The Brooklyn Nets have suspended star guard Kyrie Irving without pay, the franchise said on Thursday, following a contentious tweet in which Irving appeared to praise an antisemitic documentary film and subsequent news conferences in which he refused to condemn antisemitism. The punishment will last “no less than” five games, according to the Nets.
The organization stated in a statement that it made the decision after “many attempts to work with Kyrie Irving to help him comprehend the harm and danger of his words and actions, which began with his releasing a film containing very distressing antisemitic hatred.”
The team noted that it was “disappointed” that Irving, 30, was directly asked by reporters during a media session on Thursday if he had antisemitic views.
“Kyrie refused to state categorically that he does not hold antisemitic views, nor did he recognise particular antisemitic content in the film,” the Nets stated. “This was not the first time he had the chance to clarify, but he failed to do so.”
The team wrote, “Therefore, we believe he is currently unsuited to be involved with the Brooklyn Nets.” “We have determined that Kyrie will serve a suspension without pay until he satisfies a series of objective remedial measures that address the negative consequences of his conduct, with the minimum suspension time being five games.”
The Brooklyn Nets have issued the following statement: pic.twitter.com/699px8XYx
— Brooklyn Nets (@BrooklynNets) November 4, 2022
The move comes after NBA Commissioner Adam Silver said he was “disappointed” that Irving didn’t offer a “unqualified apology and more specifically denounced the vile and harmful content contained in the film he chose to promote,” adding that he planned to meet with Irving next week to “discuss this situation.”
Wednesday, the team announced in a joint statement with Irving and the Anti-Defamation League that both Irving and the Nets would donate $500,000 to anti-hate organizations.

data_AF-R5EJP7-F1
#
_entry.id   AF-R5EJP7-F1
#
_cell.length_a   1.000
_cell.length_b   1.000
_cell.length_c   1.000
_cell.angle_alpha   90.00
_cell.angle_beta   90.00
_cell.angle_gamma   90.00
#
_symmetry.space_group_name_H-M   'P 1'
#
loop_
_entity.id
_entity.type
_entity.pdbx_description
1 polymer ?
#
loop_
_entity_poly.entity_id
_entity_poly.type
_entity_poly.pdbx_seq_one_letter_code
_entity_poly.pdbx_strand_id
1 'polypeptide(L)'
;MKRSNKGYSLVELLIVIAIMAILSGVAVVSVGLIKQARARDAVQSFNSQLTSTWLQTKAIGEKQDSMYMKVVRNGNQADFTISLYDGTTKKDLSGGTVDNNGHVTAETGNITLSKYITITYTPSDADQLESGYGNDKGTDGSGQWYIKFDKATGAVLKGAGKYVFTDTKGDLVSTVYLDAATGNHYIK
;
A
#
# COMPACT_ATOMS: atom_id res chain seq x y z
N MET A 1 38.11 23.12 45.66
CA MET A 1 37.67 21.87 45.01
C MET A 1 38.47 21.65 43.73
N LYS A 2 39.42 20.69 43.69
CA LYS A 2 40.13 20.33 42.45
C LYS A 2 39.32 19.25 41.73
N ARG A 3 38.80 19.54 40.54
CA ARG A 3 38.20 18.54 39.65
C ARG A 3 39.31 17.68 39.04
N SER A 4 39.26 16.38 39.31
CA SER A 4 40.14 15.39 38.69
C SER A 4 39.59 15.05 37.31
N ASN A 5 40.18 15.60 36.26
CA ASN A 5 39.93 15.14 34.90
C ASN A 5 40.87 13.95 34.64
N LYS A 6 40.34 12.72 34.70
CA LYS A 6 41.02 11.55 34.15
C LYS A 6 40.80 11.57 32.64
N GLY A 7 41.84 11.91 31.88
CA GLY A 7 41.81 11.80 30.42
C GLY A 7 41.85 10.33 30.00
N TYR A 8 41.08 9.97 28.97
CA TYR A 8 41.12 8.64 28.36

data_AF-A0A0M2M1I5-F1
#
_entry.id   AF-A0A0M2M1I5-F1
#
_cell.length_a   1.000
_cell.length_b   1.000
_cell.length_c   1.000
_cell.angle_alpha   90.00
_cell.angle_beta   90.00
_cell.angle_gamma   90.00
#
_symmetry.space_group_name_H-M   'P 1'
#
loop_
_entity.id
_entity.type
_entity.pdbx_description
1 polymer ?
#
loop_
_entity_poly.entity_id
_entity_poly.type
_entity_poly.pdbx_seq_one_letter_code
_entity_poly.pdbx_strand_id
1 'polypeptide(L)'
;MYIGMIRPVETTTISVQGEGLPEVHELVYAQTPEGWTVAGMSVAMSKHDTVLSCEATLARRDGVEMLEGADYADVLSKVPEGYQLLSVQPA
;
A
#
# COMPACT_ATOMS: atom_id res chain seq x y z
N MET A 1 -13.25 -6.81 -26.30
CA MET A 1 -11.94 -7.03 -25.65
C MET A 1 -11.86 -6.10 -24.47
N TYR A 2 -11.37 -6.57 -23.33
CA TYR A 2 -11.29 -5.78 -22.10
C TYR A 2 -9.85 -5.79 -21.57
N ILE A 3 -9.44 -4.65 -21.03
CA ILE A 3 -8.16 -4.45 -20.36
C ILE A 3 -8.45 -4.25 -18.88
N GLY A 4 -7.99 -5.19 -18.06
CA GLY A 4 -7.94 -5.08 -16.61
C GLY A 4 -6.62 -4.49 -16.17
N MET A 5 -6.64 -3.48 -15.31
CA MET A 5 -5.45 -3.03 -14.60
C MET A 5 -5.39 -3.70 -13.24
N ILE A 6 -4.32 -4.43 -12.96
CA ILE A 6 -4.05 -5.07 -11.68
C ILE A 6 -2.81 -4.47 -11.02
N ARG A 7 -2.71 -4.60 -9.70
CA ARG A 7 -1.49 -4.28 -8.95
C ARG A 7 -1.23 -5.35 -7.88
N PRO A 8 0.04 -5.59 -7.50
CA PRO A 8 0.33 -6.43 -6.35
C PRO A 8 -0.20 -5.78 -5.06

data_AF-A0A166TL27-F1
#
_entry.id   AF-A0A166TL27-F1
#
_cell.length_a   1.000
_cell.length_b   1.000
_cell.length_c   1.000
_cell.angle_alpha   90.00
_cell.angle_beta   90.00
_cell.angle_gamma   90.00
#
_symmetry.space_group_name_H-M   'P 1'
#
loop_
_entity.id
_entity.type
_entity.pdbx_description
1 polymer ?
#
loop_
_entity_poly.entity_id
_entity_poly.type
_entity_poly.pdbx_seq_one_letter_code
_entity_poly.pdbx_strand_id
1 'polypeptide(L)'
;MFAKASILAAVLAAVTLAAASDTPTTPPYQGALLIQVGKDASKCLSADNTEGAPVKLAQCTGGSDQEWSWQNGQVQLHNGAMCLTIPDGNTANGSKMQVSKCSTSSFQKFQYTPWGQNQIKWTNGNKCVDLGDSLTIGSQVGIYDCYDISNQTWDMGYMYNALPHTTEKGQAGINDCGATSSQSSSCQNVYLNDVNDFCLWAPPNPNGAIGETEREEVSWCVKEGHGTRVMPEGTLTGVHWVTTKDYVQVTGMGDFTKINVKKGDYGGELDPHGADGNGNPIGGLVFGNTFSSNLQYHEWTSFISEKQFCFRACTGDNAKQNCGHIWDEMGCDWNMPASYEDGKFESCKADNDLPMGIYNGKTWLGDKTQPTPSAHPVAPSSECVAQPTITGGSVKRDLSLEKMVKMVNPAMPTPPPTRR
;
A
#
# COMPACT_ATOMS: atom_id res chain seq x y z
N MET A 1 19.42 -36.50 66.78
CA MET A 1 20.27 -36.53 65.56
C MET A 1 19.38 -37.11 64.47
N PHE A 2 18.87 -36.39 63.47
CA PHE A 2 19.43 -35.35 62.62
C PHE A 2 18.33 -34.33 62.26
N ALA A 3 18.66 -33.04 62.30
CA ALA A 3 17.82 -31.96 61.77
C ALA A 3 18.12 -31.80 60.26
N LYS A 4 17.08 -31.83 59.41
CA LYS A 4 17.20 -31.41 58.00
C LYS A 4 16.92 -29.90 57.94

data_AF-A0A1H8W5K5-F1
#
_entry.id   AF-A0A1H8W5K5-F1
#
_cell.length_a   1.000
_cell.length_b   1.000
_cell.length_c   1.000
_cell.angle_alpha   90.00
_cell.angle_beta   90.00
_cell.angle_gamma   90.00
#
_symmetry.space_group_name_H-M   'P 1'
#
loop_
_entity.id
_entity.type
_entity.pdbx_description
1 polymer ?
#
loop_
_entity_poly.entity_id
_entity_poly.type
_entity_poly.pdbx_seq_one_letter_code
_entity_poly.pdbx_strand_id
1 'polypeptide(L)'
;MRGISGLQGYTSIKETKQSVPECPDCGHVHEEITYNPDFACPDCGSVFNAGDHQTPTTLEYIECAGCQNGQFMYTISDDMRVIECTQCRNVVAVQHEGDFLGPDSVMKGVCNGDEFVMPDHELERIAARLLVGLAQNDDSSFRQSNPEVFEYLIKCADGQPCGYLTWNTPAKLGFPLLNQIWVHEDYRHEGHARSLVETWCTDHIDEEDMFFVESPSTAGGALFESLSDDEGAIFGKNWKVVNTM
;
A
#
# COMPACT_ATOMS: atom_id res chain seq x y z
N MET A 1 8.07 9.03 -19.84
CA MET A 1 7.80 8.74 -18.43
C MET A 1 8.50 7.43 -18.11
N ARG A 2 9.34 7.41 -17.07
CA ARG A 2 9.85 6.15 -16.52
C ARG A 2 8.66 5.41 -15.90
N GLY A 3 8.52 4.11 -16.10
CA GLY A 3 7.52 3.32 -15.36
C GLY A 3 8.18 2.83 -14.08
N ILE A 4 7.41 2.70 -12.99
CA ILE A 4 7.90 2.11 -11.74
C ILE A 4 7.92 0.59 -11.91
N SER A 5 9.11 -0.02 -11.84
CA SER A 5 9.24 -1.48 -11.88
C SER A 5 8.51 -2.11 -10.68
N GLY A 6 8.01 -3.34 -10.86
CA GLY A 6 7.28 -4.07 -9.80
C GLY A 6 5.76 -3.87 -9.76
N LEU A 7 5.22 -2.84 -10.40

Irving wrote in that statement, “I oppose all forms of hatred and oppression and stand firmly with marginalized and daily-affected communities.”
He added that he was “I am conscious of the bad impact my position has had on the Jewish community and I accept responsibility. I do not believe everything presented in the documentary to be truthful or consistent with my morals and values.”
The dispute began when Irving posted a link to the film “Hebrews to Negroes: Wake Up Black America” on Twitter on October 27. According to the Amazon plot summary, the 2018 film “reveals the true identity of the Children of Israel.”
The video is packed with Jewish conspiracy ideas, such as bogus assertions that Jews ruled the slave trade.
The next day, Nets owner Joe Tsai tweeted that he was “disappointed” that Irving appeared to favor a film “based on a book filled with anti-Semitic misinformation.”
Tsai added, “I want to sit down with him and make sure he realizes that this is terrible to all of us and that, as a religious man, it is unacceptable to promote hatred based on race, nationality, or religion.”
The tweet was criticized by the whole NBA community. Charles Barkley, a member of the Basketball Hall of Fame, stated on TNT on Tuesday, prior to the suspension being issued, that the NBA “dropped the ball” by allowing Kyrie Irving to continue playing.
“I believe he ought to have been suspended. I believe NBA commissioner Adam Silver should have suspended him “Barkley remarked.